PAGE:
Fundraising in the Early Stages

This post was written by Chris Dover.

To be fair, I started writing an article about “validating your product/market on $20 per day.” Then I realized that this was merely a sub category of a larger problem every startup has to deal with. Funding! This is obvious, at every meet up, every blog post, every panel in our startup world has something to do with fundraising. Fundraising itself comes in various forms, sales, investors, mom and dad, your own savings account or maxing out credit cards. So let’s focus on how to get funding…in another article we’ll return back to “validating your product/market on $20 per day”!

Fundraising in the early stages of your startup (pre-product/market fit + scale) is hard. Sure it seems like every other startup just magically says “we are raising” and the cash rolls in. TechCrunch runs a story on some startup that raised a $4m seed round, or you see random founder a month after chatting at an event, building out their new Venice Beach office/loft because they’ve got “runway” and they need to keep their Swift developers happy. You think to yourself, “oh the luxury of spending money on cool stuff to keep your people happy”, as you take another look at your bank balance.Hashtag poor!

Fundraising is a full time job. It is sales, nothing more and nothing less. As the founder/CEO this is your life — sales. You sell your company to customers, to investors and to your team everyday. It’s convenient and cute to talk about how much you hate fundraising, how you should be working on the product and not jumping through hoops for investors, but unless you have already built the single best product EVER, you gotta do it. It’s new, uncomfortable and hard.

Here are some of the basic trends in early stage fundraising.

  • It usually takes about 4 months to fill your round (if you are doing it correctly).
  • Only about 10% of the investors you talk with will actually invest.
  • You will meet with up to 100 Investors to fill your round.
  • You will meet 3 to 5 times with investors before they finally invest.

By The Numbers

100 Investors x 4 meetings each = 400 Meetings

10% will invest

40 of those meetings are important, but you won’t know which ones are important until after the money is in the corporate account. Get ready to hear a lot of “I want to see X first, come back to me when you have that.” “You’re still a little too early for us.” “Let’s keep in touch on this.” This is code for “you haven’t blown me away yet.” YET!

Keep that ‘yet’ in mind, for professional investors specifically. (Friends and family mostly don’t apply here). The job of a professional investor is to invest other people’s money and return more than when they started (simplified). If an investor manages $40 Million Dollars and is a Angel/Seed round investor, they have a lot of money to put to work in a bunch of different deals. They do in fact REALLY NEED TO INVEST! It is your job to help them see that investing in your company is the smart investment. Also note that the similar conversion rates apply to investors. They meet hundred’s of companies, have numerous meetings before making a decision.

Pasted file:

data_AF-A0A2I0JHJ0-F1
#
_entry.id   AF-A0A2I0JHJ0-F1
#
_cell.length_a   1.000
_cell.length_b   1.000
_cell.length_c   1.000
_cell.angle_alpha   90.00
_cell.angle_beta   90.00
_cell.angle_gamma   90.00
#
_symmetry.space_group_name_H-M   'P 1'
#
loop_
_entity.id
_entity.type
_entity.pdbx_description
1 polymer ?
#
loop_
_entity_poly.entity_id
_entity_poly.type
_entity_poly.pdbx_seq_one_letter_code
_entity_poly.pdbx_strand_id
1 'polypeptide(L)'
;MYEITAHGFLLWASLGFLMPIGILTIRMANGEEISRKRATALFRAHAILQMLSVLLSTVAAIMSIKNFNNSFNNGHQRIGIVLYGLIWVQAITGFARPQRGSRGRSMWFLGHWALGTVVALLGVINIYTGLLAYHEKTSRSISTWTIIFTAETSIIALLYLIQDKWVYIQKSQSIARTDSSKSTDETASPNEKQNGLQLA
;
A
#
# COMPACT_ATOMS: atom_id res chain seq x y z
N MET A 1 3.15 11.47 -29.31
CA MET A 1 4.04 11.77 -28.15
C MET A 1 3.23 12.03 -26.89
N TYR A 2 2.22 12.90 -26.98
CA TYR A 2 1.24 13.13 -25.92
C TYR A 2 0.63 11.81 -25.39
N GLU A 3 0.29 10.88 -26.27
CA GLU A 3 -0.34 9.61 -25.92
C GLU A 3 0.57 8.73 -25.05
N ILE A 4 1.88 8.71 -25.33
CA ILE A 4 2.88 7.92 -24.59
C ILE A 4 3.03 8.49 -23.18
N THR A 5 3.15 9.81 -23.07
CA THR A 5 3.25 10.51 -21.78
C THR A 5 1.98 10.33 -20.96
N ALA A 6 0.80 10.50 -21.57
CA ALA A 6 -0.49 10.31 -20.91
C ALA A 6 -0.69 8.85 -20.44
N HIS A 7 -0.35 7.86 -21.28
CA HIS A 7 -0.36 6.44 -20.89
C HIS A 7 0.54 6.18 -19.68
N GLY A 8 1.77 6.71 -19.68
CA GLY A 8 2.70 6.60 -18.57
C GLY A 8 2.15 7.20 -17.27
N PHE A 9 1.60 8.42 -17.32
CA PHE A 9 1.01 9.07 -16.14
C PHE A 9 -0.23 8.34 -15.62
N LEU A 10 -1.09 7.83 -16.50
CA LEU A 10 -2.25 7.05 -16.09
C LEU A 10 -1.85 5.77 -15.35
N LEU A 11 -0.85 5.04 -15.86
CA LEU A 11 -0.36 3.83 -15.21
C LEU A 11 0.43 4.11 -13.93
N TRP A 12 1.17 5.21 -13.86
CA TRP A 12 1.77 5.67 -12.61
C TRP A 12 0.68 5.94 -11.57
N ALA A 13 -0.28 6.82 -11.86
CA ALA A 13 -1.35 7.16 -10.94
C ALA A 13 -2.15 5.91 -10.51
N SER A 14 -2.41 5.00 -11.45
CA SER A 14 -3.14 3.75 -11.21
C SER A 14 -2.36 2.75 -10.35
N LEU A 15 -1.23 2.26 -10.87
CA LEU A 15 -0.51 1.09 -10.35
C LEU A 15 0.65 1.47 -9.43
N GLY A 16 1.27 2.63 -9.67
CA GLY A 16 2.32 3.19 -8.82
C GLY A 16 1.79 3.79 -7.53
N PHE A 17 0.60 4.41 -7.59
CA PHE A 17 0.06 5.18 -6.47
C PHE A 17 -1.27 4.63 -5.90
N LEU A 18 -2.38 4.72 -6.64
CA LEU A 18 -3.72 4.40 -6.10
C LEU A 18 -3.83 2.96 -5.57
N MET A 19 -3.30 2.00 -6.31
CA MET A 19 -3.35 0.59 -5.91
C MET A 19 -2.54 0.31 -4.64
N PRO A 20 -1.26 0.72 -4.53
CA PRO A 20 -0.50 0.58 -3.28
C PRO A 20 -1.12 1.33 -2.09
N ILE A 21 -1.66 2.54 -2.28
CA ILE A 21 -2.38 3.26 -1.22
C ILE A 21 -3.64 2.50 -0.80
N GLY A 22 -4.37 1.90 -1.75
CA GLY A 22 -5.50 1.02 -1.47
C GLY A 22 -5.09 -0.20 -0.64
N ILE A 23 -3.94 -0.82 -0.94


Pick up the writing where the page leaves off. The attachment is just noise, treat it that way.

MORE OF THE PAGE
But I’m Not Ready Yet?

As the math above show’s you will need to have a lot of meetings. Make peace with the fact that if you want your company to be successful, you have to be good at sales. You don’t have to get investors, you certainly can just bootstrap, build product and let sales fund the company. Ask yourself, what if your competitor did the same thing, but also had $1 million of cash to grow the business? You’d *probably* be at a disadvantage, with total control.

Ask yourself, what if your competitor did the same thing, but also had $1 million of cash to grow the business?

Let’s say that you know you need to raise outside capital to grow your business, but where do we start. This is where the rubber meets the road, where the going gets tough and the tough get going and all other motivational phrases!

Get Educated

First things first, learn! You have a huge task ahead of you, luckily there is a wealth of AMAZING content written about early stage fundraising by guess who? The actual investors themselves. They literally (yes literally) tell you what they are looking for, how to present it to them, how to get meetings and what the whole process looks like. It is too easy these days to figure out how to do it. I will save you the time and give you a list of the top blogs and books to read to help get started. From here you should follow plenty of the links in the articles they’ve written and you should know a lot more and be well armed to start chatting with investors.

http://www.bothsidesofthetable.com/

http://www.feld.com/

http://lowercasecapital.com/prospecting/

http://www.goodreads.com/book/show/11865558-venture-deals

http://thisweekinstartups.com/

http://www.startupschool.org/

http://blog.ycombinator.com/

Please note that this is by no means an intensive list, this will simply get you started. If you do nothing more than read one article from any of these links per day, you will be so much further ahead than most other founders.